SHELLEY: New Orleans is most definitely a unique city and rich with culture. Like you, I have family in North Louisiana all the way down to New Orleans. Being you were born near Black Bayou, I’m sure you were told more than once that one of the religions practiced in the city is what most refer to as Voodoo. You including voodoo in the Big Easy, to me, truly brought the novel to life. Tell us what your intent behind this was. 

ERIC: Vodoun is a West African religion brought to America with slavery. It morphed into voodoo in Jamaica, Haiti, and the West Indies with the addition of elements of Catholicism, Caribbean Indian beliefs, and more. Malaria and yellow fever plagued sub-tropical New Orleans, its people often turning to powerful voodoo practitioners for potions and gris gris to survive. The religion has shaped the culture and history of New Orleans and I found it too hard to ignore in my writing.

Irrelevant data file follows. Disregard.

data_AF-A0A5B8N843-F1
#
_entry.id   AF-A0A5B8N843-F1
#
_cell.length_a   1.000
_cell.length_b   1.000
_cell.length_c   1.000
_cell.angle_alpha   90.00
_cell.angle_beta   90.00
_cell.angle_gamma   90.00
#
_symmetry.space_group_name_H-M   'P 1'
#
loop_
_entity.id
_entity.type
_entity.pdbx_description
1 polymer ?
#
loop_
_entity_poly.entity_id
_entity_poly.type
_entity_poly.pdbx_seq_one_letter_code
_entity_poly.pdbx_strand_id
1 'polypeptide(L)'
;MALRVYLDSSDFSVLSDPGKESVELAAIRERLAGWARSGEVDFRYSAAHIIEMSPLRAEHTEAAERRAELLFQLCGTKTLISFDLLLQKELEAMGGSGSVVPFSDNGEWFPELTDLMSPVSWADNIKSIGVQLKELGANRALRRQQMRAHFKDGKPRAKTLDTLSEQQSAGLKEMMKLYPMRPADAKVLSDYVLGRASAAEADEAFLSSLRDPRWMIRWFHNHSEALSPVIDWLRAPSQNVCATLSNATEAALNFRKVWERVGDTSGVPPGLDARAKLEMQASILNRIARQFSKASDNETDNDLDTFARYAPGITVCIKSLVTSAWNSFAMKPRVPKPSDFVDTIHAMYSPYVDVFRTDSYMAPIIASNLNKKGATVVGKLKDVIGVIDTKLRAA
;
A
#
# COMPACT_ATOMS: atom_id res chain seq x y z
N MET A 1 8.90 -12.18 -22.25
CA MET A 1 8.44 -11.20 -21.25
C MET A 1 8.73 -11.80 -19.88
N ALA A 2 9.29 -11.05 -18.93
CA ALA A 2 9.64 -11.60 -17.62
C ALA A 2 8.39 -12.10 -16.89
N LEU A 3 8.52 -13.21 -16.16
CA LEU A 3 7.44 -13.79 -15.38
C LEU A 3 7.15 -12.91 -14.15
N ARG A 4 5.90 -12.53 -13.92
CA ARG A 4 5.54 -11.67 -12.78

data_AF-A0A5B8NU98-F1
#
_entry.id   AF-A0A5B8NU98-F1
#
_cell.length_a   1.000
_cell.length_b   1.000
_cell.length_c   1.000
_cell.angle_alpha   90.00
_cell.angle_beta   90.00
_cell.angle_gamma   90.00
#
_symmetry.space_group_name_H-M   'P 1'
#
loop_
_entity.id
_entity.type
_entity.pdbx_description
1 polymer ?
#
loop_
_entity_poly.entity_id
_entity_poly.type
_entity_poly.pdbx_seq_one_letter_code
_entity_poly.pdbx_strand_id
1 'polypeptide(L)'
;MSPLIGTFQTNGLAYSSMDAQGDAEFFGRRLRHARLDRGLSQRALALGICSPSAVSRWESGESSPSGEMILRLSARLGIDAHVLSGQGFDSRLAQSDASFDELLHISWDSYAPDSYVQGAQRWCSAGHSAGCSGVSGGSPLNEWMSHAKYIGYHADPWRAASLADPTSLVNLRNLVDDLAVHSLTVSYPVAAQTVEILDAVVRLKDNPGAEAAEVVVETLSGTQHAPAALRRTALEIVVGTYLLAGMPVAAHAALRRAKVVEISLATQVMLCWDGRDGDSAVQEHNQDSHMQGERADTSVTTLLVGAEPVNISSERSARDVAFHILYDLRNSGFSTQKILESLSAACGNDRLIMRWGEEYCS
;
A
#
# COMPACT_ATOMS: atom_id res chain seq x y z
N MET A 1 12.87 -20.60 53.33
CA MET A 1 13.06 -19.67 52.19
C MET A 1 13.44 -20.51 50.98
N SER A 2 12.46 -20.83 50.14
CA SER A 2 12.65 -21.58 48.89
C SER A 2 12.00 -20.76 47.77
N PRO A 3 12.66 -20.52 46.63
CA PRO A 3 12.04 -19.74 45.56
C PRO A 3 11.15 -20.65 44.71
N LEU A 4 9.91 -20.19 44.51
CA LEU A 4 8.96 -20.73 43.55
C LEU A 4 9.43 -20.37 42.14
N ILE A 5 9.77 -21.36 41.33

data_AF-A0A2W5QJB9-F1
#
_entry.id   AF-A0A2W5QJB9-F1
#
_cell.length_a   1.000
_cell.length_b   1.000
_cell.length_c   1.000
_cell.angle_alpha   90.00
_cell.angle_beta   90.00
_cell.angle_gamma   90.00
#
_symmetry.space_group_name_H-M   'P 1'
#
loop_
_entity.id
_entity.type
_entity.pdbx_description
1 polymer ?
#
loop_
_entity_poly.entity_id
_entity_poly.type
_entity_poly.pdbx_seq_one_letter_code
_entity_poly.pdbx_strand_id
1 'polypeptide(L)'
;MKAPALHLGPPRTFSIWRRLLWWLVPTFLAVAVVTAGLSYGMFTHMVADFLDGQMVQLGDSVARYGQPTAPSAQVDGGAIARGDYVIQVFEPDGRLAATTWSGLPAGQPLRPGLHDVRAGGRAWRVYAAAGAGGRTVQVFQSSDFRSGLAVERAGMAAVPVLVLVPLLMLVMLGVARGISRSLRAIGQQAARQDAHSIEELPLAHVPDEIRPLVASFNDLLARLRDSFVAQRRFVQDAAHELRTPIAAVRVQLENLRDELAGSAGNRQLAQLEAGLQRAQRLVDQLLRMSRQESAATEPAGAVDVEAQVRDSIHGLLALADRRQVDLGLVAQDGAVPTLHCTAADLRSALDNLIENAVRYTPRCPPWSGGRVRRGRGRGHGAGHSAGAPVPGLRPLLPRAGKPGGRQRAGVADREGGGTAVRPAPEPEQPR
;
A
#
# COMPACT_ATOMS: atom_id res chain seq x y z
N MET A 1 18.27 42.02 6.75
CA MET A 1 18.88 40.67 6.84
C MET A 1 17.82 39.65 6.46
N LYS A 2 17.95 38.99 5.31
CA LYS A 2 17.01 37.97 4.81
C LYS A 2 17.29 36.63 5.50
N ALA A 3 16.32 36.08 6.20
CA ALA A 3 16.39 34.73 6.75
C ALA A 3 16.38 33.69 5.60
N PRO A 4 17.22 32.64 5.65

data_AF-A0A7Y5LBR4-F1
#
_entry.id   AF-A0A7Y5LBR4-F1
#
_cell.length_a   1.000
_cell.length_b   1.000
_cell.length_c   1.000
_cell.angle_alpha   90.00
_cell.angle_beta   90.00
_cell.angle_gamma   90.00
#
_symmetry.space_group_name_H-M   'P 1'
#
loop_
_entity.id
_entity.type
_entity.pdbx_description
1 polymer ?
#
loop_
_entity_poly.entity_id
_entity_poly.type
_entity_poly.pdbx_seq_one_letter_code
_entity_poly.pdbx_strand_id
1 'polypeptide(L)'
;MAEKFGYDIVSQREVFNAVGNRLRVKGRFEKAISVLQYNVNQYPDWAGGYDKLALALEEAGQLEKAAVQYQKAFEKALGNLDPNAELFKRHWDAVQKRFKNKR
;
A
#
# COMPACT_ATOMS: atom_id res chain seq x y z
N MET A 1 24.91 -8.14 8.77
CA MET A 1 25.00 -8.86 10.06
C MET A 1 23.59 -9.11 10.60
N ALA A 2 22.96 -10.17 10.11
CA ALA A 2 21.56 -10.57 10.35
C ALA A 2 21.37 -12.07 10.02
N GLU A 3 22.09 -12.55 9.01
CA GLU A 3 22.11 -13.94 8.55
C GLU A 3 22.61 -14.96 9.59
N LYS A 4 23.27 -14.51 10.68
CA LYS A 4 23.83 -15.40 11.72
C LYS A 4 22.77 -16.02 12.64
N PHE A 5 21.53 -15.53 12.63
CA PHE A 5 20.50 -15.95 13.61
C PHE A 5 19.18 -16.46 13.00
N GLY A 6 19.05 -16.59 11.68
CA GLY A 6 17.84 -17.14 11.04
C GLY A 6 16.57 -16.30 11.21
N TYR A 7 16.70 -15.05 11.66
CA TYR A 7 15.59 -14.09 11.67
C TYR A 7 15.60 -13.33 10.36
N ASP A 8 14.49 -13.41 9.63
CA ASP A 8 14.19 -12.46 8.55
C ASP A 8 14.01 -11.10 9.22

SHELLEY: I’m laughing at the mention of gris gris, as I’m sure most people don’t know what it is. It's pronounced ‘gree-gree,’ and gris gris can be found all over Louisiana, even in the homes of people who don’t practice Voodoo. I had an aunt that lived just outside the Quarters, and when I was perhaps 5, I’m not exactly sure how old I was at the time, but I visited her home and noticed above the front door what looked like a quarter-size piece of aluminum foil that had something inside it. Inside the house, the same thing was above the dining room door that led to the kitchen. It was a form of gris gris. My aunt believed that these little ‘packets’ protected her and her home from evil spirits. She told me stories she believed would convince me that gris gris worked! Eric, I know that your grandmother told you many tales of ghosts. Were any of her tales specific to New Orleans?

 ERIC: I don’t know if my Mississippi grandmother ever visited New Orleans. 

SHELLEY: Oh, Okay! 

ERIC: She was slight of frame and had a subdued voice. In the days before air conditioning, we would sit out in her backyard at night—faint light reflecting from the house and the moon. I would hang on her every fantastic tale of ghosts, haunts and voodoo drums on the bayou. She was definitely my muse and remains so to this day.